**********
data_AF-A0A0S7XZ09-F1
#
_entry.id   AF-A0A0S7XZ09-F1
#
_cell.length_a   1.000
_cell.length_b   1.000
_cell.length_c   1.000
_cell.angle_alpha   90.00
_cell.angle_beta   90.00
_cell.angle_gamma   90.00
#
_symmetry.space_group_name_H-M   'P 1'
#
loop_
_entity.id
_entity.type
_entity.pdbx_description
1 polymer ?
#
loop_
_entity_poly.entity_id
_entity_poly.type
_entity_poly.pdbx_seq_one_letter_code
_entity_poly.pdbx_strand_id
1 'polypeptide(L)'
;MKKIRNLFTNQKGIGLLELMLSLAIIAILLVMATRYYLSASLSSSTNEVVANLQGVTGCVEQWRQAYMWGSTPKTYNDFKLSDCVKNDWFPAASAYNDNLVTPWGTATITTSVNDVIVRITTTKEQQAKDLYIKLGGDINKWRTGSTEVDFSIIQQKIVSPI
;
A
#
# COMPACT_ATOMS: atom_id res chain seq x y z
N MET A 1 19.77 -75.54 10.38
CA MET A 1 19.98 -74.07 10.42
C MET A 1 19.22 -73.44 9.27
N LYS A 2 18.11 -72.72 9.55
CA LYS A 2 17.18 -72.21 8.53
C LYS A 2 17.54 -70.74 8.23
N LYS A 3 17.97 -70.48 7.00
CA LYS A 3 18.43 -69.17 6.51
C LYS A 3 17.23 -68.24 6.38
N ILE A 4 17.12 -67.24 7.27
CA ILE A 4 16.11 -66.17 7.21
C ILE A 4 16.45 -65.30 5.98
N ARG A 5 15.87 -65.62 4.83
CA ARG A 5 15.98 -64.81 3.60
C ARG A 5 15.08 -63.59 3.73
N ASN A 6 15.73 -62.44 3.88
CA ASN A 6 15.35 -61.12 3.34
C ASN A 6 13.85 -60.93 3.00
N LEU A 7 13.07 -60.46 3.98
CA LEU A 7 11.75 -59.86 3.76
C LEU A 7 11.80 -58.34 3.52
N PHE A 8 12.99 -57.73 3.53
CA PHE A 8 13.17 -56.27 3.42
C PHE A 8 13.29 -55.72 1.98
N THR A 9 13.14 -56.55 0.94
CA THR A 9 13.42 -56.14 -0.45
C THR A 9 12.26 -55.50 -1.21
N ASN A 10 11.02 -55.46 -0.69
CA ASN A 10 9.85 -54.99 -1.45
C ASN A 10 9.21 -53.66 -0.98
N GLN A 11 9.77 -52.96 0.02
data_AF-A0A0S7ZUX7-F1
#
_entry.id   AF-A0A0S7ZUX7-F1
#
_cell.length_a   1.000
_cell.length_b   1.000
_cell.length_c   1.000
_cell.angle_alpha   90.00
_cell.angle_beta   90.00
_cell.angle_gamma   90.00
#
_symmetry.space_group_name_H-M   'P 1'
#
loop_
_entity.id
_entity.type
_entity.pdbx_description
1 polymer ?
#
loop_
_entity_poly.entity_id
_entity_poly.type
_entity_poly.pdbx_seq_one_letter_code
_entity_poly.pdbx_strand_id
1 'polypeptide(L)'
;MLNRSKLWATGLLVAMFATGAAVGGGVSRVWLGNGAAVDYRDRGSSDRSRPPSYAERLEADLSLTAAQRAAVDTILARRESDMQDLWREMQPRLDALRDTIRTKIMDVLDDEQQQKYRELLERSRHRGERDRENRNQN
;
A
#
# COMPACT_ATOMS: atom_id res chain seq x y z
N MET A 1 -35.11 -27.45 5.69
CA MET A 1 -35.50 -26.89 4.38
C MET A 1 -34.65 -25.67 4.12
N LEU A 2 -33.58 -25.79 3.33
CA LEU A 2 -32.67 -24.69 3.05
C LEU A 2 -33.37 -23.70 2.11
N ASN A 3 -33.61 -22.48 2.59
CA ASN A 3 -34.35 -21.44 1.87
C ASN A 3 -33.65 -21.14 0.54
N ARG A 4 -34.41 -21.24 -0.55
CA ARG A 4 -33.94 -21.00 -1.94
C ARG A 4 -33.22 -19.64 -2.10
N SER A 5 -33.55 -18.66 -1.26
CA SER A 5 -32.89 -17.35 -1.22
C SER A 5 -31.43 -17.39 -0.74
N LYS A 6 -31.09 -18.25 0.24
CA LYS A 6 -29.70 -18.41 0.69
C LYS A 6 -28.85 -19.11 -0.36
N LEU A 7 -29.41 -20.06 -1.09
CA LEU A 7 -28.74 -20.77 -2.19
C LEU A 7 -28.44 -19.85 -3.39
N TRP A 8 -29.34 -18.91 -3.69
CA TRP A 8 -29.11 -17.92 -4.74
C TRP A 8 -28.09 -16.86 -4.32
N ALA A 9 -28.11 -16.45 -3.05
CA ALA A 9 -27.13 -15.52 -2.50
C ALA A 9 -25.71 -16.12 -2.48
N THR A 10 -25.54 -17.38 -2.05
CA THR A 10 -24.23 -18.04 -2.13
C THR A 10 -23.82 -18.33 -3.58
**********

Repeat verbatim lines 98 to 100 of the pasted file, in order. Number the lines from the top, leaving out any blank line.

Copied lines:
N ASN A 3 -33.61 -22.48 2.59
CA ASN A 3 -34.35 -21.44 1.87
C ASN A 3 -33.65 -21.14 0.54